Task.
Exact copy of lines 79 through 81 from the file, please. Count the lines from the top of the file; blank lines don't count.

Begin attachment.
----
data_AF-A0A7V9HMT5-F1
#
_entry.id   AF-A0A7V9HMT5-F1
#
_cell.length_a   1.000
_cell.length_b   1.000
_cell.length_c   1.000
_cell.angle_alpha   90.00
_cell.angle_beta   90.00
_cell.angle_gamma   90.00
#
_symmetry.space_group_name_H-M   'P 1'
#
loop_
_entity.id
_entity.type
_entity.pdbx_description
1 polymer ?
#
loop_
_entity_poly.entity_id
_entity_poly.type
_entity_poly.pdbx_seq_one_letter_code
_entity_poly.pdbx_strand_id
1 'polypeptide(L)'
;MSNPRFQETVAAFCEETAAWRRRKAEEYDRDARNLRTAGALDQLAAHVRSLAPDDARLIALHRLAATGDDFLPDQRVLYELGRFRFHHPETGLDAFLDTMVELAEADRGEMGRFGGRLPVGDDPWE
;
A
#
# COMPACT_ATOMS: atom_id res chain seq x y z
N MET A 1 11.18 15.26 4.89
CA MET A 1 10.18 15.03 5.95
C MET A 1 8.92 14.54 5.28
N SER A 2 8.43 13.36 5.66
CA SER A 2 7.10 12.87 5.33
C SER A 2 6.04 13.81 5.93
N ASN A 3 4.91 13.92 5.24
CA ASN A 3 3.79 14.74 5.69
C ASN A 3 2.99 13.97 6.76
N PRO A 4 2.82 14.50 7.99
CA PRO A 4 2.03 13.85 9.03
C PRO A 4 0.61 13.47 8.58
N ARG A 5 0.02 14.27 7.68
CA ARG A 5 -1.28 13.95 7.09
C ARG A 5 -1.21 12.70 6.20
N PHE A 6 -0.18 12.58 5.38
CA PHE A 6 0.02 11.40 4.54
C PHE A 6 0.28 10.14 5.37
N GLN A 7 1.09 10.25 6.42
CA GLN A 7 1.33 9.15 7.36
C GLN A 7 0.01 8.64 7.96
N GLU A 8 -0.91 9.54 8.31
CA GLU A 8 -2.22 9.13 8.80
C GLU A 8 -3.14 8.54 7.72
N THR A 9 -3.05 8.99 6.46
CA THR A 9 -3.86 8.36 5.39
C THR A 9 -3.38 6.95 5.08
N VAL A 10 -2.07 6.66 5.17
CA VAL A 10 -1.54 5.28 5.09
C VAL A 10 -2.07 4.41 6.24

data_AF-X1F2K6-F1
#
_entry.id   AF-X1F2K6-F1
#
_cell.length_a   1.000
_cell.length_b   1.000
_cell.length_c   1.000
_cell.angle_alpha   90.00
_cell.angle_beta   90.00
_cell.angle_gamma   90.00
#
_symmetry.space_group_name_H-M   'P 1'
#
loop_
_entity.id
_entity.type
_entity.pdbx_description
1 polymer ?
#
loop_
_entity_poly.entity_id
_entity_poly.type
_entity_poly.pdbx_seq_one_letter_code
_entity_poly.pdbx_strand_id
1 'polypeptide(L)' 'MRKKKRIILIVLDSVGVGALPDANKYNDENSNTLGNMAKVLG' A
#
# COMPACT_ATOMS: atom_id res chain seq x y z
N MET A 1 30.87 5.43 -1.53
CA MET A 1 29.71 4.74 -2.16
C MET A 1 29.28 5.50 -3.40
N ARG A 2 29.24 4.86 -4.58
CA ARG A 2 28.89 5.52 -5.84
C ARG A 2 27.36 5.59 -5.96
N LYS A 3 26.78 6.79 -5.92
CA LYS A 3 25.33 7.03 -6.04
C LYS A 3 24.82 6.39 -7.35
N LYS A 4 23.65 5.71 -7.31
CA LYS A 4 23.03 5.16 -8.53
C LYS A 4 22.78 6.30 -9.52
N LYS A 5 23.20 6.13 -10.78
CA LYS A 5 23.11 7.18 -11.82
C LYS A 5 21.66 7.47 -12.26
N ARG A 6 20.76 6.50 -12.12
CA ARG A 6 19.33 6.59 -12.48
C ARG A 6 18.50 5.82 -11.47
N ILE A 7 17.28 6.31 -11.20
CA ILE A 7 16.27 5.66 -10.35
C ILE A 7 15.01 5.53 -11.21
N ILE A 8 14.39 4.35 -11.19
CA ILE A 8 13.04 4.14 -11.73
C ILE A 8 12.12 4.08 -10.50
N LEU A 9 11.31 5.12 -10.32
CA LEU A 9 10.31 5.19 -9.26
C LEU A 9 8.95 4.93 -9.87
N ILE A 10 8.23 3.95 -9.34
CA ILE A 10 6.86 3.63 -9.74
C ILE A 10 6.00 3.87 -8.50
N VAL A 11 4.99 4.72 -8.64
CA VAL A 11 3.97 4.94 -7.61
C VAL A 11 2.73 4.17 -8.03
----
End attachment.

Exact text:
#
loop_
_entity_poly.entity_id